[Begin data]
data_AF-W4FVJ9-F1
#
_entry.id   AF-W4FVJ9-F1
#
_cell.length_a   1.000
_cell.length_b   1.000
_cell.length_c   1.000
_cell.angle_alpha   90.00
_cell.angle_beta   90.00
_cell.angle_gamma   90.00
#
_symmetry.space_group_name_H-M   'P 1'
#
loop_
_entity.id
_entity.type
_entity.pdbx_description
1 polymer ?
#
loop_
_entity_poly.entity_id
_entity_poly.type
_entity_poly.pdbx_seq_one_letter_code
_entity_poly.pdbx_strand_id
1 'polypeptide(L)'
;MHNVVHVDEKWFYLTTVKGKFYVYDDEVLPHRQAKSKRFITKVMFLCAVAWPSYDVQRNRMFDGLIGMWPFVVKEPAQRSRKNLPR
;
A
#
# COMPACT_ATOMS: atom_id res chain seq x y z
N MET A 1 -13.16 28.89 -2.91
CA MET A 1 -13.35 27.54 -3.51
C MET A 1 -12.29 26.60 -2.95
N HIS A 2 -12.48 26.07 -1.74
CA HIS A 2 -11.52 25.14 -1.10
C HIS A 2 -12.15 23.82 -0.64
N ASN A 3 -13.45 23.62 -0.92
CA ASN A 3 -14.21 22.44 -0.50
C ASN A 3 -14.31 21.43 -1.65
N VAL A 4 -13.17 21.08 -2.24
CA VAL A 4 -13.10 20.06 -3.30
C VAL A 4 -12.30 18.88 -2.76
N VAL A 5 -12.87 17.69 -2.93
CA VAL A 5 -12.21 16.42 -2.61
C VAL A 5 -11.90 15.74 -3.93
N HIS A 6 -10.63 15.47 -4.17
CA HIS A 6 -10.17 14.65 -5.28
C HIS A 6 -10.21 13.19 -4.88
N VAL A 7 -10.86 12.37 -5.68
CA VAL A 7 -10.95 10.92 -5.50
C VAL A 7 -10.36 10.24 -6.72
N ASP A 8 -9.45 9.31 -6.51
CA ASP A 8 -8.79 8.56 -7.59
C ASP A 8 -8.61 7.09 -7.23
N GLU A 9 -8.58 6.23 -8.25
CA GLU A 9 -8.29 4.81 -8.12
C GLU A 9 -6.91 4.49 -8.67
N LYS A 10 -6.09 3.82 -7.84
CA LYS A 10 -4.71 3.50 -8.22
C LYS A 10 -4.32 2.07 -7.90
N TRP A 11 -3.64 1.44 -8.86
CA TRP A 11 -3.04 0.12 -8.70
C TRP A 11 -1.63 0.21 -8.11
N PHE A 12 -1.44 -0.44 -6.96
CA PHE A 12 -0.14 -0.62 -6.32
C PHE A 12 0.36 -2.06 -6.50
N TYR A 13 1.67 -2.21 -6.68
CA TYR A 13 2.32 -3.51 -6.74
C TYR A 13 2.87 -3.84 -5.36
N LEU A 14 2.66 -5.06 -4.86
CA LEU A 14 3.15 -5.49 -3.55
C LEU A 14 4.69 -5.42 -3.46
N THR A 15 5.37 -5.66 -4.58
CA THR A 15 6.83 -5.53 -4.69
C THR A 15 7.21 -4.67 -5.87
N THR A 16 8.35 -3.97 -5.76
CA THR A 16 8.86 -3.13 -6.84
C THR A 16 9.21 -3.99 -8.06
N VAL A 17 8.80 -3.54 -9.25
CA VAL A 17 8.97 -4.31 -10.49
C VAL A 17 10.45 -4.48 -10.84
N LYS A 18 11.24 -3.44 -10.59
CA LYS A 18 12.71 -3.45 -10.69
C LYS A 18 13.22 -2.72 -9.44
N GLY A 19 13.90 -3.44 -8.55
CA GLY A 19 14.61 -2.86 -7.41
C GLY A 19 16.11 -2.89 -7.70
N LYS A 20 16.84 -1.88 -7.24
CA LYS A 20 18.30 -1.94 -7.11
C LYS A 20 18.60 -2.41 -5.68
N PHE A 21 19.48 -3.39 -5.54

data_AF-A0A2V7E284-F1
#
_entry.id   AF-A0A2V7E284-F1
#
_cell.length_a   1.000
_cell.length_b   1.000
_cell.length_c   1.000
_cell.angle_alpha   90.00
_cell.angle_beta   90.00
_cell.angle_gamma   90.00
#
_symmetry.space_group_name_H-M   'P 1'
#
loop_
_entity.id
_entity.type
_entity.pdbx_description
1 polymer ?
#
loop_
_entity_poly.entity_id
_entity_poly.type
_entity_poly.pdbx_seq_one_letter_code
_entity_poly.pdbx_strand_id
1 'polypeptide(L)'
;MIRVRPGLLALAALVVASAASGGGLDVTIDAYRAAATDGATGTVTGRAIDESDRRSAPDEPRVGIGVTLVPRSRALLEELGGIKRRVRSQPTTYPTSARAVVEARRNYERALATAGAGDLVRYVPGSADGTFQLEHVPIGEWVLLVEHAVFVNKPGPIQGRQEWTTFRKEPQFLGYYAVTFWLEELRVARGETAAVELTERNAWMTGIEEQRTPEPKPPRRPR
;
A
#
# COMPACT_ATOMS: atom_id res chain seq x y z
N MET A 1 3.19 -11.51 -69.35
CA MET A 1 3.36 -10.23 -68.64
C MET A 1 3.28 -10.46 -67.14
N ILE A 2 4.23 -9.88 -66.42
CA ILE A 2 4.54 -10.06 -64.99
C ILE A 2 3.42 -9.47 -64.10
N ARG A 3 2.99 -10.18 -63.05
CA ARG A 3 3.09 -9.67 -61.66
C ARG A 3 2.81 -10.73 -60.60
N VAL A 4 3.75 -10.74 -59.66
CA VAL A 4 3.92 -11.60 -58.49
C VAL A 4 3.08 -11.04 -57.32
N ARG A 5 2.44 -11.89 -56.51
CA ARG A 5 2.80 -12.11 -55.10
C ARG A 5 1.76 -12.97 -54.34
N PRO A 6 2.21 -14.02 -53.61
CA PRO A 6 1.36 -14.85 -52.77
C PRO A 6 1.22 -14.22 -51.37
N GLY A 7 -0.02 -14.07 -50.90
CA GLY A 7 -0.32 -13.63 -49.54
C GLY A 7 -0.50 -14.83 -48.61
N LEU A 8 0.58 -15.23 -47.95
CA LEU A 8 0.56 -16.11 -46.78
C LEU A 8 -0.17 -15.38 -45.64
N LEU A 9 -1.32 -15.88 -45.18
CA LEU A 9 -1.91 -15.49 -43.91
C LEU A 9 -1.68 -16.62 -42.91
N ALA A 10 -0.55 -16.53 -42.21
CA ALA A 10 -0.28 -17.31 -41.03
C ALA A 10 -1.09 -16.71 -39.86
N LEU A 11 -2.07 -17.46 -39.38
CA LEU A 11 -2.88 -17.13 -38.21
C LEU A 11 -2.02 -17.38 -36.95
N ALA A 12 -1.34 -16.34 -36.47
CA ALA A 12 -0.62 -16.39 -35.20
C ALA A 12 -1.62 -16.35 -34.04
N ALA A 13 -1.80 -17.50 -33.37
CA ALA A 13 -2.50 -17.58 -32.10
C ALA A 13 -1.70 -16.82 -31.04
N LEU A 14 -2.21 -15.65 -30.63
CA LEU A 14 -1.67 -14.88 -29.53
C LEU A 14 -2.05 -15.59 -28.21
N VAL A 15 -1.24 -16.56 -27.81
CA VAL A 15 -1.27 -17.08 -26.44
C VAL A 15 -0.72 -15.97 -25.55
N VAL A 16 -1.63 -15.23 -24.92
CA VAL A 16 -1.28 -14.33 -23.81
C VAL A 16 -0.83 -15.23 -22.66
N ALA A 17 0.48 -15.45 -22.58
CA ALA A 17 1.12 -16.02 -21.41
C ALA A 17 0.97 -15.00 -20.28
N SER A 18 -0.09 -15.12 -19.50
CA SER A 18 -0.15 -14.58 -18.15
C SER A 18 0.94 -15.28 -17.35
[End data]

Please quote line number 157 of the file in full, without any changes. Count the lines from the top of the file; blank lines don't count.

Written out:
C ALA A 12 -1.62 -16.35 -34.04